Saturday, January 30, 2010

Quick numbers

Way too tired to go deep or long today, but there is much I need to share with you soon.

But first let's do the numbers.

Since starting this blog about a month before my transplant on July 1, 2008, I was had about 108,000 visits, or about a 175 a day, It's not my friend Chaya's wonderful resource for anyone with CLL, CLLtopics, but it is telling a story that some of you want to read. It is a blessing for me to be able to help in any small way. Even in the new decade with my sparse updates and the rare dramas, well over a 1000 of you drop in every week.

From every continent except Antarctica.

If you haven't checked in and let me know who you are, drop me an email at

I would love to hear from you.

Thank you all.

Second set of numbers.

800,000 visitors to Machu Picchu every year. Over 2000 tourists stranded by the heaviest rains in 15 years wiping out the only way, PeruRail.

My son, Ben and his friend Yasmin are safe in Cusco, but their dream of seeing the sun rise over MP is on hold for now. Earliest estimate of repairs are 2 weeks.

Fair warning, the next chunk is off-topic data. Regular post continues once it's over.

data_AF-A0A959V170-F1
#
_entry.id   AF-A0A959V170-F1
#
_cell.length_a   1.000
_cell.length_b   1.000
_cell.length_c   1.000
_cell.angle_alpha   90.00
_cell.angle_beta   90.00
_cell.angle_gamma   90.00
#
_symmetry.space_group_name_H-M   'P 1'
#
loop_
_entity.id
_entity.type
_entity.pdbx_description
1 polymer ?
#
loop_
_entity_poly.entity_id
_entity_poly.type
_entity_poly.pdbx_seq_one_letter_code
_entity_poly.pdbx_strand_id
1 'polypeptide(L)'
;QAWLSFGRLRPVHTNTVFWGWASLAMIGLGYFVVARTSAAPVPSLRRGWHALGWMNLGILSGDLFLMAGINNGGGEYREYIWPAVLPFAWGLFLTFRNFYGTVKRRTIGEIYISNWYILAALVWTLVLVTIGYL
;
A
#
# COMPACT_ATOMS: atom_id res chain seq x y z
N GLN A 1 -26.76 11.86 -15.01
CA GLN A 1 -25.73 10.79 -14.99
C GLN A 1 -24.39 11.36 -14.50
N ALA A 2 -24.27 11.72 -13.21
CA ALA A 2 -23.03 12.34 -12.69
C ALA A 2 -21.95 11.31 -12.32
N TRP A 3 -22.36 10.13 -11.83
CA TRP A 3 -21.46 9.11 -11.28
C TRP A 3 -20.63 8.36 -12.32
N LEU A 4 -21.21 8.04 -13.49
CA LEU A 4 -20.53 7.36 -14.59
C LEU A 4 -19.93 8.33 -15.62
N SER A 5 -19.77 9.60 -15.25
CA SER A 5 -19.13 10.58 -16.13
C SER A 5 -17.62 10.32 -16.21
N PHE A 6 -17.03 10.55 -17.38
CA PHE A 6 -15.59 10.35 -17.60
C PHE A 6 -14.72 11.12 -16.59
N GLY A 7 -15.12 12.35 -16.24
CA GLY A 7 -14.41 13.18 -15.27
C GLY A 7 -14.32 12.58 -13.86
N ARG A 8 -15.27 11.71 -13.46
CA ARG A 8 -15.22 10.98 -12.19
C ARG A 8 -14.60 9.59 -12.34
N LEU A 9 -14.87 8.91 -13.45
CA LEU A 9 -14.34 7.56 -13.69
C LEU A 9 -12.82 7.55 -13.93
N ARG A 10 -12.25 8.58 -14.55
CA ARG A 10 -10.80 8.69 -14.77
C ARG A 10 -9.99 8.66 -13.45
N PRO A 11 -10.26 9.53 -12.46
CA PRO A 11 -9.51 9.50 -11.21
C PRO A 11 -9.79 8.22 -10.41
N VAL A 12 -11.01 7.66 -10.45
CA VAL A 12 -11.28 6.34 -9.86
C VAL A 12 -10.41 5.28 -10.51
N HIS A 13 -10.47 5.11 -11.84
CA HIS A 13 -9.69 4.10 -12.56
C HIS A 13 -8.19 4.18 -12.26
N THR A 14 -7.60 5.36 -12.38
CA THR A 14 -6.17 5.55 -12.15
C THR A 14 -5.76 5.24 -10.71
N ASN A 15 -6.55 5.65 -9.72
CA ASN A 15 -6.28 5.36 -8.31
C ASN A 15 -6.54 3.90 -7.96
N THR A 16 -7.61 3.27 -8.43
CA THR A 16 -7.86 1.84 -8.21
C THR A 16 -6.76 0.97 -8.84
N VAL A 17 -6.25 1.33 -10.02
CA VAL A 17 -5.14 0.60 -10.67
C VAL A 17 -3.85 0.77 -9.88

As a dad, I just happy they are safe.

Finally my platelet counts

1-13-10 290,000 before my IVIG
1-26-10 256,000
1-29-10 197,000 before my IVIG and 16 days since the prior dose

So it looks like I need the IVIG but a 13 day visit to Israel is within my safety limits with infusions 15 days apart framing the miracle journey.

Good that I can be focussing on what's outside my blood stream.

It is more than good to be counting the thrills and joys and human contacts, and not just the complete blood count.

Tuesday, January 26, 2010

Slow down

Good news. Very good news. At UCSD today and my platelets were a salubrious 256,000 and my palpable nodes are essentially unchanged in 3 months, according to the learned fingers of Dr. Kipps. Rest of the blood work was that wonderful phrase: within normal limits. Maybe time if not to throw the engine in reverse as I race to a second transplant, to at least make a pit stop and carefully plan my next move.

Monday, January 25, 2010

Keeping my priorities straight

Tomorrow I see Dr. Kipps, my main CLL guru, and I haven't given it a moment's thought. I am too busy enjoying the non-remitting but definitely wonderful respite that IVIG is giving me from platelet worries.

It is more crucial and fun to plan the details of our 2 week trip to Israel and Cairo, framed by IVIG drips.

It was more important to have visited my daughter and son-in-law in the rainy bay area with our adopted grandma, enjoying the view of the Golden Gate Bridge or the Amish quilts at the DeYoung, and for the non vegans, clam chowder in a sourdough bowl at Fisherman's wharf, and of course, chocolate at Ghirardelli Square.